He is a a Dove, Stellar and Grammy Award nominated rapper. His most recent album, Royal Flush, charted at both iTunes and Billboard.

Ronnie-FloydRonnie Floyd

Floyd is the senior pastor of Cross Church, successful author and was elected president of the Southern Baptist Convention in 2014.

Eric_GeigerEric Geiger

He is vice-president at LifeWay Christian Resources and leads the Church Resources Division.

Timothy GeorgeTimothy George

He is one of the premiere evangelical scholars in the U.S. and the founding dean of the Beeson Divinity School at Samford University.

Billy GrahamBilly Graham

He was the preeminent evangelist of the 20th century and has preached the gospel to nearly 215 million people in more than 185 countries and territories—more in live audiences than anyone else in history.

Jack GrahamJack Graham

Graham served two terms as president of the SBC and has been pastor of Prestonwood Baptist Church, one of the largest churches in the US since 1989.

Steve and Jackie GreenSteve and Jackie Green

The Green family, owners and operators of Hobby Lobby, were embroiled in a religious liberty battle that made its way to the Supreme Court. The Greens won in a 5-4 decision.

GreearJ.D. Greear

He is the lead pastor of The Summit Church, a megachurch in the Raleigh-Durham area, as well as an influential theologian, speaker and author.

IMG20116222528HISusie Hawkins

She is a nationally recognized speaker and writer on women’s ministry and life as a minister’s wife.

D.A. HortonD.A. Horton

Horton is the Executive Director of ReachLife Ministries, the National Coordinator for Urban Student Missions at NAMB, as well as an author, pastor, theologian, and hip-hop artist.

Former Arkansas Gov. Mike Huckabee.Mike Huckabee

Huckabee is the former governor of Arkansas, presidential candidate, and host of the talk show Huckabee on Fox News.

I know there is something greater, something more important than just what we are doing here on the field. I'm thankful for the faith that I have. I want to share it with whoever wants to listen to me.Philip Humber

As a starter for the Chicago White Sox, he pitched a perfect game against the Seattle Mariners on April 21, 2012.

Johnny HuntJohnny Hunt

Hunt is pastor of First Baptist Church Woodstock, a Georgia megachurch and is a former president of the SBC.

Jeff IorgJeff Iorg

He is an author, teacher, and president of Golden Gate Baptist Theological Seminary.


David_Jeremiah(1)David Jeremiah

He pastors Shadow Mountain Community Church, a megachurch near San Diego, and his radio and television programs with Turning Point Ministries are seen and heard around the world.

Charles Chuck KelleyChuck Kelley

Along with being the president of New Orleans Baptist Theological Seminary, he is an established speaker, teacher, and writer in Southern Baptist life.


Dennis KimDennis Kim

He has been the senior pastor of Global Mission Church of Greater Washington for more than 20 years. The predominately Korean congregation is the largest SBC church in Maryland and Delaware.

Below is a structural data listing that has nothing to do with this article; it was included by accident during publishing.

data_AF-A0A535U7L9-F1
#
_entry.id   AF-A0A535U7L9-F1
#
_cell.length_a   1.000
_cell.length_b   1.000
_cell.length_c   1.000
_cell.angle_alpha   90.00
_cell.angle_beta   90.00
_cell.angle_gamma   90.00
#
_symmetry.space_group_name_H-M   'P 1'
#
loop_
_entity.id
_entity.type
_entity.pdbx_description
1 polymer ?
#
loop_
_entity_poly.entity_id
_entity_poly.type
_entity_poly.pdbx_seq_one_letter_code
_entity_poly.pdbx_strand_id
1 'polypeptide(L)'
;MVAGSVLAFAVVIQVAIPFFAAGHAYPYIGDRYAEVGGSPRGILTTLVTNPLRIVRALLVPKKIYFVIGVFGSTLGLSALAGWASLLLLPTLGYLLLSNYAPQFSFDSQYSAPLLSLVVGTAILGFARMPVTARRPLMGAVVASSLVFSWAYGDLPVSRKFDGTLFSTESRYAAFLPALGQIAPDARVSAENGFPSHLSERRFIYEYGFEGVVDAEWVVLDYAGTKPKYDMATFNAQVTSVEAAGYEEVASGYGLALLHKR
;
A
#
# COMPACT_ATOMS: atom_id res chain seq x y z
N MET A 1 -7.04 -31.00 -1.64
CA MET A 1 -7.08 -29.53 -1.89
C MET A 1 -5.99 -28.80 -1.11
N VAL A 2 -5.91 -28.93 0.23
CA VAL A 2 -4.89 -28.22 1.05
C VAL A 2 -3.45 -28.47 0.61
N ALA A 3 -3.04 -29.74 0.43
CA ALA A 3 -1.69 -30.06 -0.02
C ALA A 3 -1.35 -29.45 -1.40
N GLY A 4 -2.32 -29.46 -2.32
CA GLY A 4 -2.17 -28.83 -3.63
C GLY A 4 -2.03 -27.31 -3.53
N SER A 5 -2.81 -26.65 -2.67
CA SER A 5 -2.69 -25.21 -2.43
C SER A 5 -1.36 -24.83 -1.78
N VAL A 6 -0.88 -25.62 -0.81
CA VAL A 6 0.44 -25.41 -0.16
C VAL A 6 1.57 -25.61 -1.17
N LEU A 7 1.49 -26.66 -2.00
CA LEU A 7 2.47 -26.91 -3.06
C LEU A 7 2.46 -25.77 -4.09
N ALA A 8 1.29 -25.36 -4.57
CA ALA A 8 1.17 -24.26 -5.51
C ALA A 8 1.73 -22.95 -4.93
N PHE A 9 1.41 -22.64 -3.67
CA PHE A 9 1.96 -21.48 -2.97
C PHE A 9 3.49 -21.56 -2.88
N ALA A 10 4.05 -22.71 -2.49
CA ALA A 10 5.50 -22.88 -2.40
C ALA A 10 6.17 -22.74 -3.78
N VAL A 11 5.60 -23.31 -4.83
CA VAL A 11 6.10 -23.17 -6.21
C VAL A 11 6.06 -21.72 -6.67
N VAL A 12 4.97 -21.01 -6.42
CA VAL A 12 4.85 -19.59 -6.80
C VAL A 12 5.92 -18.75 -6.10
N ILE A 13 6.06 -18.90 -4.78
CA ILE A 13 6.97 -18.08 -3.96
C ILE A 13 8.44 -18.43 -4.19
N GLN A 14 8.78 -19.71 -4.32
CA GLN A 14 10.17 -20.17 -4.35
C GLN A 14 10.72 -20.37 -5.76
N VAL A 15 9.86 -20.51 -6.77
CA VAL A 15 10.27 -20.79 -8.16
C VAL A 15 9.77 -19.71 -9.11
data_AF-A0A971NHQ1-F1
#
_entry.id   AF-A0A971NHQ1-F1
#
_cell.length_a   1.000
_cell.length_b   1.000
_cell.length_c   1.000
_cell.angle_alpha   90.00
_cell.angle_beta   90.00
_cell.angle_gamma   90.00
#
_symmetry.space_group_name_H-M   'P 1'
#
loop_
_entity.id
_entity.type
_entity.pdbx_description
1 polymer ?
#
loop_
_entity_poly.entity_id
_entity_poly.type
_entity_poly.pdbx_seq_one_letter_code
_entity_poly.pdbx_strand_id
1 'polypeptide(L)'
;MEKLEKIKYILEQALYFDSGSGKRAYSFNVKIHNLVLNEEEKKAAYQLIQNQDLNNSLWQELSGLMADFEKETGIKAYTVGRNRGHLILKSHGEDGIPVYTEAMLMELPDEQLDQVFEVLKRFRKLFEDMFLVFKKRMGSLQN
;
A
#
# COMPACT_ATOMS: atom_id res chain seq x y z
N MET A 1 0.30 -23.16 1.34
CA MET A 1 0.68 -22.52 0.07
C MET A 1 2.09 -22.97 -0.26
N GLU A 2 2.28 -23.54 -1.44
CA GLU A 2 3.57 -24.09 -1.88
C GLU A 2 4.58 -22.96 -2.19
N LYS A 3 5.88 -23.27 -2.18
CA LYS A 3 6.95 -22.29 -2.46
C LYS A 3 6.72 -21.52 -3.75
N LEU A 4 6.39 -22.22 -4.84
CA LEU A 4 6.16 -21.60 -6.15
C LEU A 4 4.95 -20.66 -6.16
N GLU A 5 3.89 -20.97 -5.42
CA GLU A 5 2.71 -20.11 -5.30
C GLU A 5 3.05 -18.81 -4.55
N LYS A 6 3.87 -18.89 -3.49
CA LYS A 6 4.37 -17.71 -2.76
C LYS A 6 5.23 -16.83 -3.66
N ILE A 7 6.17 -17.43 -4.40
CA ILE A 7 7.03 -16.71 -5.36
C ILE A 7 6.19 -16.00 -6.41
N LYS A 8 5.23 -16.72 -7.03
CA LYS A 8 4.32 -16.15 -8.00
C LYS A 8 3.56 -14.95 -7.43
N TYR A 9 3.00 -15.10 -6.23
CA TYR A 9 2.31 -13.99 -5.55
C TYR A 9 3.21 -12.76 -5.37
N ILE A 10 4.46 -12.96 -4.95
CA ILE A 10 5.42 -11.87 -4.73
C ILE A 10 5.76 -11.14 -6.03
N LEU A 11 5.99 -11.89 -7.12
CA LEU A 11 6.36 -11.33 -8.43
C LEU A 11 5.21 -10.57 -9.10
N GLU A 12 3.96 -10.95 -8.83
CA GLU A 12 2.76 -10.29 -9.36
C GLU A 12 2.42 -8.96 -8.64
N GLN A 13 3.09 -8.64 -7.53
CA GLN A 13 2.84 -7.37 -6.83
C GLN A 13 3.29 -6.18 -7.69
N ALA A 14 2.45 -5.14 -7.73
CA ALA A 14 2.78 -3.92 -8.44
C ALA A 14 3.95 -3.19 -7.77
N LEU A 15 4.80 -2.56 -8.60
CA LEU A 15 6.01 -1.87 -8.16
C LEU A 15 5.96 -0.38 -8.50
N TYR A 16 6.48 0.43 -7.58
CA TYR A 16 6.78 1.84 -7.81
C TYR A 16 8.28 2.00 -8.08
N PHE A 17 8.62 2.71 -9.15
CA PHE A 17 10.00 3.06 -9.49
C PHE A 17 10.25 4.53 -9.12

Trip LeeTrip Lee

He is an award winning hip-hop artist signed to Lecrae’s Reach Records and is a pastor at Cornerstone Church Atlanta.

shai linneShai Linne

A rap artist with Lamp Mode Recordings, Linne gained increased notoriety in 2013 with his song “Fal$e Teacher$,” which referenced 12 popular preachers whom Linne connected with the prosperity gospel.

FredLuterFred J. Luter Jr.

He is the senior pastor of Franklin Avenue Baptist Church in New Orleans. At his election as the president of the Southern Baptist Convention in 2012, Luter became the first African-American to ever hold that position.

eric-mason-picEric Mason

Eric Mason is founder and lead pastor of Epiphany Fellowship in Philadelphia, as well as a speaker and author.

51xgOzsvF0L._UX250_Reggie McNeal

He is a well-known and well-respected author and speaker on the church and its future. McNeal currently serves as the Missional Leadership Specialist for Leadership Network.

Tony MeridaTony Merida

He is the Associate Professor of Preaching at Southeastern Baptist Theological Seminary and the founding pastor of Imago Dei Church in Raleigh, NC.


bart millardBart Millard

The Grammy award winning musician has been the lead singer of MercyMe since the band began in 1994.

mohlerAl Mohler

As president of The Southern Baptist Theological Seminary, Mohler is frequently quoted or referenced in discussions concerning the intersection of faith and culture.


50443375146ff.preview-620Beth Moore

She is a teacher, speaker, founder of Living Proof Ministries, and author of best-selling Bible studies and books for women.

Russell MooreRussell Moore

One of the leading theologians and ethicist today, he is the president of the Ethics & Religious Liberty Commission, as well as a well-respected author.


David NasserDavid Nasser

He has been one of North America’s foremost evangelists, speaking to more than 500,000 people each year. Currently, he is the Senior Vice President for Spiritual Development at Liberty University.

Trillia_NewbellTrillia Newbell

She is Director of Community Outreach for the Ethics and Religious Liberty Commission, as well as a nationally recognized writer and speaker.

perry_noble_2Perry Noble

Noble is the founding pastor of one of the fasting growing and largest churches in America, NewSpring Church in South Carolina.